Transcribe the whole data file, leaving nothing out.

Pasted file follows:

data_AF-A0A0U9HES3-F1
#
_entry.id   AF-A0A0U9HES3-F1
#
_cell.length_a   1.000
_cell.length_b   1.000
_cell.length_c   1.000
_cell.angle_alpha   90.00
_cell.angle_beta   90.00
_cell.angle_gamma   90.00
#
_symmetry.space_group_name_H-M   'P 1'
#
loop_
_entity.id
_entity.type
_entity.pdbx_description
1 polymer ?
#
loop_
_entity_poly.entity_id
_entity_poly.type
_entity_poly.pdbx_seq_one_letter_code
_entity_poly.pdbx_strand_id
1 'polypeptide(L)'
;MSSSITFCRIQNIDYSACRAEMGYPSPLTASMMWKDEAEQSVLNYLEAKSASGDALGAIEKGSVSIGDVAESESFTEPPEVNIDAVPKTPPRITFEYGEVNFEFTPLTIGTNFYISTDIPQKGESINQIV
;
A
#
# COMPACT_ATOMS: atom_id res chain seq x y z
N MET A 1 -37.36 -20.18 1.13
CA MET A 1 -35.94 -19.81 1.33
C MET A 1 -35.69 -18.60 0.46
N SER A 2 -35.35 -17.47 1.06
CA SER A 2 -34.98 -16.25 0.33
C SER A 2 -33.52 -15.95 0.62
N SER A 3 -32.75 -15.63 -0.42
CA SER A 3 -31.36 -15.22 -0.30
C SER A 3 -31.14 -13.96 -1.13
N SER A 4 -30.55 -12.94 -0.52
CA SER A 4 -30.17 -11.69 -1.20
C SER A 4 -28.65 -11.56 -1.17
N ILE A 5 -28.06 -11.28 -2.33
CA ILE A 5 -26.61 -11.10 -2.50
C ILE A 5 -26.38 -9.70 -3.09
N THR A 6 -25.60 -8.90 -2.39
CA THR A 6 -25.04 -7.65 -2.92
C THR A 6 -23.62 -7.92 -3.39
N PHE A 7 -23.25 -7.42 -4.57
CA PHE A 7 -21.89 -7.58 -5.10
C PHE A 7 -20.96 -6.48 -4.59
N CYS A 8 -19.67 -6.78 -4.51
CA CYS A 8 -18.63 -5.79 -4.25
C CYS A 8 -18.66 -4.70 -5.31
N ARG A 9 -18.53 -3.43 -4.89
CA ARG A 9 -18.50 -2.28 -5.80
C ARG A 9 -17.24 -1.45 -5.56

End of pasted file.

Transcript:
data_AF-A0A0U9HES3-F1
#
_entry.id   AF-A0A0U9HES3-F1
#
_cell.length_a   1.000
_cell.length_b   1.000
_cell.length_c   1.000
_cell.angle_alpha   90.00
_cell.angle_beta   90.00
_cell.angle_gamma   90.00
#
_symmetry.space_group_name_H-M   'P 1'
#
loop_
_entity.id
_entity.type
_entity.pdbx_description
1 polymer ?
#
loop_
_entity_poly.entity_id
_entity_poly.type
_entity_poly.pdbx_seq_one_letter_code
_entity_poly.pdbx_strand_id
1 'polypeptide(L)'
;MSSSITFCRIQNIDYSACRAEMGYPSPLTASMMWKDEAEQSVLNYLEAKSASGDALGAIEKGSVSIGDVAESESFTEPPEVNIDAVPKTPPRITFEYGEVNFEFTPLTIGTNFYISTDIPQKGESINQIV
;
A
#
# COMPACT_ATOMS: atom_id res chain seq x y z
N MET A 1 -37.36 -20.18 1.13
CA MET A 1 -35.94 -19.81 1.33
C MET A 1 -35.69 -18.60 0.46
N SER A 2 -35.35 -17.47 1.06
CA SER A 2 -34.98 -16.25 0.33
C SER A 2 -33.52 -15.95 0.62
N SER A 3 -32.75 -15.63 -0.42
CA SER A 3 -31.36 -15.22 -0.30
C SER A 3 -31.14 -13.96 -1.13
N SER A 4 -30.55 -12.94 -0.52
CA SER A 4 -30.17 -11.69 -1.20
C SER A 4 -28.65 -11.56 -1.17
N ILE A 5 -28.06 -11.28 -2.33
CA ILE A 5 -26.61 -11.10 -2.50
C ILE A 5 -26.38 -9.70 -3.09
N THR A 6 -25.60 -8.90 -2.39
CA THR A 6 -25.04 -7.65 -2.92
C THR A 6 -23.62 -7.92 -3.39
N PHE A 7 -23.25 -7.42 -4.57
CA PHE A 7 -21.89 -7.58 -5.10
C PHE A 7 -20.96 -6.48 -4.59
N CYS A 8 -19.67 -6.78 -4.51
CA CYS A 8 -18.63 -5.79 -4.25
C CYS A 8 -18.66 -4.70 -5.31
N ARG A 9 -18.53 -3.43 -4.89
CA ARG A 9 -18.50 -2.28 -5.80
C ARG A 9 -17.24 -1.45 -5.56